I close the door, with Blade and Machig on the other side of it, and go after Max. After realizing that I can corner him by closing my office door, I catch him. He's just about peeing his pants. I carefully, and with many soothing words, lead him back to the cellar and downstairs. Blade still hasn't realized where his bones are, and tries to escape, but I manage to get all three where I need them, sans leash.

The epilogue is this: this evening, Tina and I made the bunnies a permanent home with lots of room downstairs where it's cool, and on the other side of a hard door from the dogs. So less bunny shuffling should be necessary in the future.

Yeah, we need more dependents. Right.

Temporary Foster Scaredy-Dog Max

Oh, and we have a new dog. No, another one. Right.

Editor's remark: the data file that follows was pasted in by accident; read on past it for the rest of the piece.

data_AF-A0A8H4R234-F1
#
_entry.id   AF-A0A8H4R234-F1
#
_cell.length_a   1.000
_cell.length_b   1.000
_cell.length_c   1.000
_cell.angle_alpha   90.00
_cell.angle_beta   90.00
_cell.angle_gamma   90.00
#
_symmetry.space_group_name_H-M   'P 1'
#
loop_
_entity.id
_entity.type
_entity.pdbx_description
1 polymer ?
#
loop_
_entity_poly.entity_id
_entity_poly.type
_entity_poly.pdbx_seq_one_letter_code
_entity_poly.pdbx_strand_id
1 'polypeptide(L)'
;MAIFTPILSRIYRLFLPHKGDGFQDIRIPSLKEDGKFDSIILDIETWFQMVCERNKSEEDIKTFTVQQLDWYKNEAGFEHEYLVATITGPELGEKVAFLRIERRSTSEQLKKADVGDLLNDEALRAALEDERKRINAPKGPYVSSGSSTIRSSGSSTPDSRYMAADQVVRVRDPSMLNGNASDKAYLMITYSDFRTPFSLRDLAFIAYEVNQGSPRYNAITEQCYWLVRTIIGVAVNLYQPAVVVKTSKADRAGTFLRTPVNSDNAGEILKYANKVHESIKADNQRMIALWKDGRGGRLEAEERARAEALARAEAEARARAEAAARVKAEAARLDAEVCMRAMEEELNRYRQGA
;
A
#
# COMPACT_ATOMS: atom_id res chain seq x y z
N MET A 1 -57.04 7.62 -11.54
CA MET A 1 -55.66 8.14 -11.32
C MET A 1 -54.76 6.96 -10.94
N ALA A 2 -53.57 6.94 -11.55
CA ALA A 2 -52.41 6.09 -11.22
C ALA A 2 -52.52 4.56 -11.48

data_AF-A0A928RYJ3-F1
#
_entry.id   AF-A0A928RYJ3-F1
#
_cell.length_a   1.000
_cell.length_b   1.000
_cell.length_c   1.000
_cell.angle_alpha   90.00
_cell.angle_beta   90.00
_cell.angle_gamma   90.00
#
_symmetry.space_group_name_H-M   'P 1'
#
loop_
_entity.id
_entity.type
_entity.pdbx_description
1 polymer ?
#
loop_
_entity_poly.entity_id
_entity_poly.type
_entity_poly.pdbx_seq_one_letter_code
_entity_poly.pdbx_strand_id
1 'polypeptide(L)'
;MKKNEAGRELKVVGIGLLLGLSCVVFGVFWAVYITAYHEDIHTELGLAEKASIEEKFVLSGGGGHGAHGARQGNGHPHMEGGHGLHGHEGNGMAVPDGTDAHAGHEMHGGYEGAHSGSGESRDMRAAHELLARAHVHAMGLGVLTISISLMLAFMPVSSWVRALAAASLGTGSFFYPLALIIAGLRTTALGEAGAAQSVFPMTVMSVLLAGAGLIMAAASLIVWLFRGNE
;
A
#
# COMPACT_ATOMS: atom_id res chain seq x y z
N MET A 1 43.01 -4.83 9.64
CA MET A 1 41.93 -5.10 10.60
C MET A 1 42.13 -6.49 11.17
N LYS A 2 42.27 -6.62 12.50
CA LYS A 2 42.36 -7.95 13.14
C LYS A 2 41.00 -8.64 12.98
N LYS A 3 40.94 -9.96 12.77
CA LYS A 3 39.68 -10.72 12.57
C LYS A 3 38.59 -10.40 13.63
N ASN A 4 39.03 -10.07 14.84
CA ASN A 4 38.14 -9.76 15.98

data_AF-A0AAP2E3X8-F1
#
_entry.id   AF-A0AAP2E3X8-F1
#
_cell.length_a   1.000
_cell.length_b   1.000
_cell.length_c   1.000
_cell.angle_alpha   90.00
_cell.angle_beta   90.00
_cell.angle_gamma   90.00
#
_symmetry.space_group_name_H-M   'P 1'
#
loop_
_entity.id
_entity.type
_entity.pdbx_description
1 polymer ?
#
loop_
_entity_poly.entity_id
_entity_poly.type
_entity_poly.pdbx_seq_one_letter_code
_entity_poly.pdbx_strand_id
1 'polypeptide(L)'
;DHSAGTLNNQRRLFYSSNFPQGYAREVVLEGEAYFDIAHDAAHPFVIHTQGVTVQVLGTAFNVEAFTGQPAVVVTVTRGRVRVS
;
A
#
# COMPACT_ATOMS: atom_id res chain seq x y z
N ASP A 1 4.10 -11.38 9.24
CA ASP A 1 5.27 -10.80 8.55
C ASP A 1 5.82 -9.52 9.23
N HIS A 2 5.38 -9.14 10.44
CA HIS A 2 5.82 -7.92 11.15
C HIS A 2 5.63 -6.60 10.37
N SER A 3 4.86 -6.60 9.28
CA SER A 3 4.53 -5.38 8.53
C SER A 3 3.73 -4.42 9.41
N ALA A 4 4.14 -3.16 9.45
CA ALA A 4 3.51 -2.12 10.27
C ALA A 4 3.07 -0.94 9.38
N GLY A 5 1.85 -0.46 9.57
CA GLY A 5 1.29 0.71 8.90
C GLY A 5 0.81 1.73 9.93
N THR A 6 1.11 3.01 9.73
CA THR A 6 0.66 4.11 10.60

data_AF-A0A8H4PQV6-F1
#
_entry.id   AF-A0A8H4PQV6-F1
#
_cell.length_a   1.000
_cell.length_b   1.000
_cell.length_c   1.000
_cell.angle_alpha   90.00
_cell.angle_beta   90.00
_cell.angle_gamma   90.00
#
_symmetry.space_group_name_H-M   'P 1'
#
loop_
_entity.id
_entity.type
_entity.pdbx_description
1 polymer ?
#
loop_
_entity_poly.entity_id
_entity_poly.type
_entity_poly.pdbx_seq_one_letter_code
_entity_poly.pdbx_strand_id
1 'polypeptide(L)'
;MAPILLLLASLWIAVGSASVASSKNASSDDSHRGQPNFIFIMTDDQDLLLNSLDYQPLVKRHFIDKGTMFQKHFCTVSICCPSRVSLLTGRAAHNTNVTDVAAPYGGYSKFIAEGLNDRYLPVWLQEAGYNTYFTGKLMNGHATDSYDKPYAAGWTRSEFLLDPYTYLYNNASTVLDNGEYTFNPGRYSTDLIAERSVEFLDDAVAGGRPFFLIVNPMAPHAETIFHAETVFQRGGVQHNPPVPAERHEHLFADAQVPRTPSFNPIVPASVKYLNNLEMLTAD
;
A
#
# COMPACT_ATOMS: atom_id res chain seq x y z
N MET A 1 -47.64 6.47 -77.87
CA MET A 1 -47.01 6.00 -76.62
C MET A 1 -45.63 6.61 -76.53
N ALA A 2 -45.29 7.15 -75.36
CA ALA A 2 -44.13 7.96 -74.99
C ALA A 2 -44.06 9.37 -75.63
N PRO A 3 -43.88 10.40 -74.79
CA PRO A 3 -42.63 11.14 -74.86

He's a temporary foster dog, just until after the 4th of July weekend. I swear to God. After the 4th, either he goes or Tina goes.

His name is Max, and to say he's afraid of his own shadow would be to imply that his shadow has some special status that it doesn't have; he's afraid of everything. We think he must have been abused, which is pretty unthinkable, because he's such a sweet-natured guy. He's a big Shephard mix and he looks like a great big Rottweiler. He looks scary, in other words, but he's really completely the opposite. Scared.

He led us a merry chase last night, when I was a bonehead and accidentally let him out. We toured the neigborhood (broadly speaking; we saw many blocks) with me in the car, Max on the sidewalk, and Tina on the sidewalk behind him wearing nothing but a bathrobe. We eventually cornered him in somebody's back yard. Tina's pretty flabbergasted by my complete and utter lack of knowledge about how to catch an escaped animal. Now I know more.

Next post is a story that features Max as well as the other canines. Stay tuned.


Well, when we sat down with our social worker on Thursday to sign the paperwork, we totally caved. She talked us out of necessarily waiting until November. More on this later. We're still talking, analyzing our motivations and deciding how this is really going to go down.